Holistic approaches to e-learning accessibility

ALT-J Association for Learning Technology journal 03/2006; 14(1). DOI: 10.1080/09687760500479860
Source: OAI

ABSTRACT

The importance of accessibility to digital e‐learning resources is widely acknowledged. The World Wide Web Consortium Web Accessibility Initiative has played a leading role in promoting the importance of accessibility and developing guidelines that can help when developing accessible web resources. The accessibility of e‐learning resources provides additional challenges. While it is important to consider the technical and resource related aspects of e‐learning when designing and developing resources for students with disabilities, there is a need to consider pedagogic and contextual issues as well. A holistic framework is therefore proposed and described, which in addition to accessibility issues takes into account learner needs, learning outcomes, local factors, infrastructure, usability and quality assurance. The practical application and implementation of this framework is discussed and illustrated through the use of examples and case studies.

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    • "This approach recommends taking into account the context of use including user's needs and characteristics (perceptual, cognitive, or physical abilities or disabilities), the requirements of the domain (tasks that users need to run, environmental factors, etc.), technical requirements (availability of software and assistive agents), and performance requirements (success rate, navigation time, satisfaction, etc.). According to Phipps and Kelly [8], accessible alternatives of the interface should be developed depending on the target population. Thus, the holistic approach falls within an ergonomic approach which advocates the user-centered design. "
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    ABSTRACT: Despite the autonomy gain provided by the Web for blind people, its access for this population still remains difficult. Today, web accessibility is practically restricted to the normative accessibility guaranteed by the application of design standards. Effective accessibility, which ensures that the users can reach their goal, is therefore forgotten at the expense of the interface usability. Thus, we proposed the conceptualization of a technical solution which attains effective accessibility by solving the information filtering problem encountered by blind people. The conceptualization of this solution, supported by previous experimental results, seems promising to make web interfaces easier and faster to use by blind people.
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    • "Based on previous considerations, a need emerges for a system able to exploit transcoding strategies for the automatic production of SCORM-compliant LOs, encoded as synchronized multimedia presentations [Salomoni et al. 2006]. During the adaptation of contents, the system should take into account user tastes, physical capabilities, and also the device's technical characteristics. In this section , we present our solution to this issue. From a logical point of view, three different phases characterize the adaptation of multimedia presentations (see Figure 12"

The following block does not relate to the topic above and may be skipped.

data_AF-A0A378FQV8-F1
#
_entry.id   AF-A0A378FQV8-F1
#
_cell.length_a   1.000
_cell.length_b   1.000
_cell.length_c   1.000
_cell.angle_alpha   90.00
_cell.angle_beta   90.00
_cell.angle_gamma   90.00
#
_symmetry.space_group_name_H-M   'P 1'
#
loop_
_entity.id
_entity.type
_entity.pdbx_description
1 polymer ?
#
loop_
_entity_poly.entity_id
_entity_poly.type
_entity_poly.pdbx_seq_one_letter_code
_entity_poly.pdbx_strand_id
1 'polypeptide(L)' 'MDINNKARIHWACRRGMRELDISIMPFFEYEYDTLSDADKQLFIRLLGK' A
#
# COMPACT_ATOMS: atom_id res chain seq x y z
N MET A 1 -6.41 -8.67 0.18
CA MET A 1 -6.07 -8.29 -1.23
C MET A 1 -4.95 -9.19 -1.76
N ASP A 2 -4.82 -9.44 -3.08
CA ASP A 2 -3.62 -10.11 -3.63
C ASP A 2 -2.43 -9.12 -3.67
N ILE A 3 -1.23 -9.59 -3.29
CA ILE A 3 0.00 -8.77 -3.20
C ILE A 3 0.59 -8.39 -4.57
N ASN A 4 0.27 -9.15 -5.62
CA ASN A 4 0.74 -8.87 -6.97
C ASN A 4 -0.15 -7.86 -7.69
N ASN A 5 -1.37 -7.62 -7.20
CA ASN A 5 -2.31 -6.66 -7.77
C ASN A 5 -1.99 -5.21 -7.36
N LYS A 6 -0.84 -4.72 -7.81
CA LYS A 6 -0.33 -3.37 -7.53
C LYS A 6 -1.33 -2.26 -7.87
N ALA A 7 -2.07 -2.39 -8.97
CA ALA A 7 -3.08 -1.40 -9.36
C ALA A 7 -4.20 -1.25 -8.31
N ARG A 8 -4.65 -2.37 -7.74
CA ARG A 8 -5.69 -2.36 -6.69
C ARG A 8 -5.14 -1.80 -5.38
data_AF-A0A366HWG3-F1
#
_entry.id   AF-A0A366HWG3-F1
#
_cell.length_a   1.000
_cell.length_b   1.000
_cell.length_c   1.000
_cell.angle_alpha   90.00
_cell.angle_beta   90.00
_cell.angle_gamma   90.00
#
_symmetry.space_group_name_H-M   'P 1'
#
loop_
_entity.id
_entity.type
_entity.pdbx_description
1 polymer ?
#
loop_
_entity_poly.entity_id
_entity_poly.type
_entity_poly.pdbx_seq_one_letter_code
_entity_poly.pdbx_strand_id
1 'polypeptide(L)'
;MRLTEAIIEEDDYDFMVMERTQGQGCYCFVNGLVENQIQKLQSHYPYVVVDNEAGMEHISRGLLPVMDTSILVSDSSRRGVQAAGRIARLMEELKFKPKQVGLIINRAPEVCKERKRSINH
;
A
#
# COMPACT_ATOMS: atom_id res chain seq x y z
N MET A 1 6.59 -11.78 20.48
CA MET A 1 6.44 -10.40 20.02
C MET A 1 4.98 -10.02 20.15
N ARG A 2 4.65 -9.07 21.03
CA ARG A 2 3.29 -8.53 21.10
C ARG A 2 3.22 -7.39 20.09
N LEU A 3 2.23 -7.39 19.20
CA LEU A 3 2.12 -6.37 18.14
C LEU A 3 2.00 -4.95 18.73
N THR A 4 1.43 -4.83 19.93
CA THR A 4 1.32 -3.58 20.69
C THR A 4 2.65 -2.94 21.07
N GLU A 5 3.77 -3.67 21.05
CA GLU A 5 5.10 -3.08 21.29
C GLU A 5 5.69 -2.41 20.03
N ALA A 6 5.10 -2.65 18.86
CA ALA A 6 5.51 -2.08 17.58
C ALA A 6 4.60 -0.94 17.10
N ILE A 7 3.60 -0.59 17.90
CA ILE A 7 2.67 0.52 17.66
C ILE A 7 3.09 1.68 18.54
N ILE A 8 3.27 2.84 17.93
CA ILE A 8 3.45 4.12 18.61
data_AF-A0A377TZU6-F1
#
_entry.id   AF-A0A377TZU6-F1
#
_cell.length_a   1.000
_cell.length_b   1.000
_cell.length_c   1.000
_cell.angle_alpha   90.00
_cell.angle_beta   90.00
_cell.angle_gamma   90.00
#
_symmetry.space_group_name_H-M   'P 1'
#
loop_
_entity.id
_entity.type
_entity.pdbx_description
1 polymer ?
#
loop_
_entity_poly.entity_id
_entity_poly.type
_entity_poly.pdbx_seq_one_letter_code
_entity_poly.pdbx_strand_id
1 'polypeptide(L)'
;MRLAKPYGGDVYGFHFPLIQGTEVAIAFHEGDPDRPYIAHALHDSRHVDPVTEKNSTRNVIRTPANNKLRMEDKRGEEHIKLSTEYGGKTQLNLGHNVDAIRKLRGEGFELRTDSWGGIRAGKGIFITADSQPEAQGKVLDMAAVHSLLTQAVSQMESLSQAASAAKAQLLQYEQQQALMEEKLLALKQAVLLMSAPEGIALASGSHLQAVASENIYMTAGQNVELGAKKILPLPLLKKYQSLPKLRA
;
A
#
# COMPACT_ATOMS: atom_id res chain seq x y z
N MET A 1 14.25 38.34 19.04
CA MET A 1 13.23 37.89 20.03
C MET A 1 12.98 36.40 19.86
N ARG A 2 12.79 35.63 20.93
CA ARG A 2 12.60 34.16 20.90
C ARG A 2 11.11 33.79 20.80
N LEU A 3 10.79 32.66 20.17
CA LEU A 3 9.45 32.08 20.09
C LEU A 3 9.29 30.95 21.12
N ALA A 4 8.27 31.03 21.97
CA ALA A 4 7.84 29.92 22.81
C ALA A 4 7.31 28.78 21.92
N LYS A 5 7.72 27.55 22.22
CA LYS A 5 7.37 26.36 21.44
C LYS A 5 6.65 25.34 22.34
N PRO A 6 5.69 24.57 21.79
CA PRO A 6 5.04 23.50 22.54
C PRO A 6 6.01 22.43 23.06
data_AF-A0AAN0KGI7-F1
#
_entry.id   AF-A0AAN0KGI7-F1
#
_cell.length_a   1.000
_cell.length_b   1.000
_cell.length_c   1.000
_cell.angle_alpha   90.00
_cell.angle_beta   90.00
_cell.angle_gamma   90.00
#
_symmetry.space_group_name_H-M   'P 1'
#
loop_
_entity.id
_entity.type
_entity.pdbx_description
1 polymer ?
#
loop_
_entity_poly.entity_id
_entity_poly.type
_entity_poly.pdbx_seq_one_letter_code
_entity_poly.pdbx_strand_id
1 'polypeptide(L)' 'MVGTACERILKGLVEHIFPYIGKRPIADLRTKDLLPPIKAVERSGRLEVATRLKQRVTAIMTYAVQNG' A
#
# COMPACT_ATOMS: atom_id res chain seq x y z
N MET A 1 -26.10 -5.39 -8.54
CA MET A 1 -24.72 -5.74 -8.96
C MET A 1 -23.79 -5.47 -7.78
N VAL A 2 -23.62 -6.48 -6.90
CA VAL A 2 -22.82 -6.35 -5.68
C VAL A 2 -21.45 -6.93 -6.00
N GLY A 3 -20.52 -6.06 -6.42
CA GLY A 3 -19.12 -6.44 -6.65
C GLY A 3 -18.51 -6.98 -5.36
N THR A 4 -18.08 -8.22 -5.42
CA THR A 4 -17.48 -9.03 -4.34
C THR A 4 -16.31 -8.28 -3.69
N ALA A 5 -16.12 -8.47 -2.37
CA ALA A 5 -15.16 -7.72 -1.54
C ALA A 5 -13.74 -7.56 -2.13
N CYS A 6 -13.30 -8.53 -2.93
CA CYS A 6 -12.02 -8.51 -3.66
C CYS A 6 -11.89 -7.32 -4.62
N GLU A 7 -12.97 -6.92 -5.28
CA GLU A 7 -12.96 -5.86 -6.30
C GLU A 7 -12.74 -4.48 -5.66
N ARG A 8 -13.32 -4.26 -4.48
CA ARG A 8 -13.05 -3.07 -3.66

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    ABSTRACT: The large diffusion of e-learning technologies represents a great opportunity for underserved segments of population. This is particularly true for people with disabilities for whom digital barriers should be overstepped with the aim of reengaging them back into society to education. In essence, before a mass of learners can be engaged in a collective educational process, each single member should be put in the position to enjoy accessible and customized educational experiences, regardless of the wide diversity of their personal characteristics and technological equipment. To respond to this demand, we developed LOT (Learning Object Transcoder), a distributed PHP-based service-oriented system designed to deliver flexible and customized educational services for a multitude of learners, each with his/her own diverse preferences and needs. The main novelty of LOT amounts to a broking service able to manage the transcoding activities needed to convert multimedia digital material into the form which better fits a given student profile. Transcoding activities are performed based on the use of Web service technologies. Experimental results gathered from several field trials with LOT (available online at http://137.204.74.83/∼lot/) have confirmed the viability of our approach.
    Full-text · Article · Feb 2008 · ACM Transactions on Internet Technology
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    • "(Zaharias, 2005; Adams 2007a), others point out potential conflicts in including accessibility guidelines alongside usability ones, e.g. (Phipps and Kelly, 2006). This may be due, in part, for a focus of accessibility concerns on the lowest level of design , namely standards for coding in a programming language on in a mark-up language such as HTML or XHTML. "

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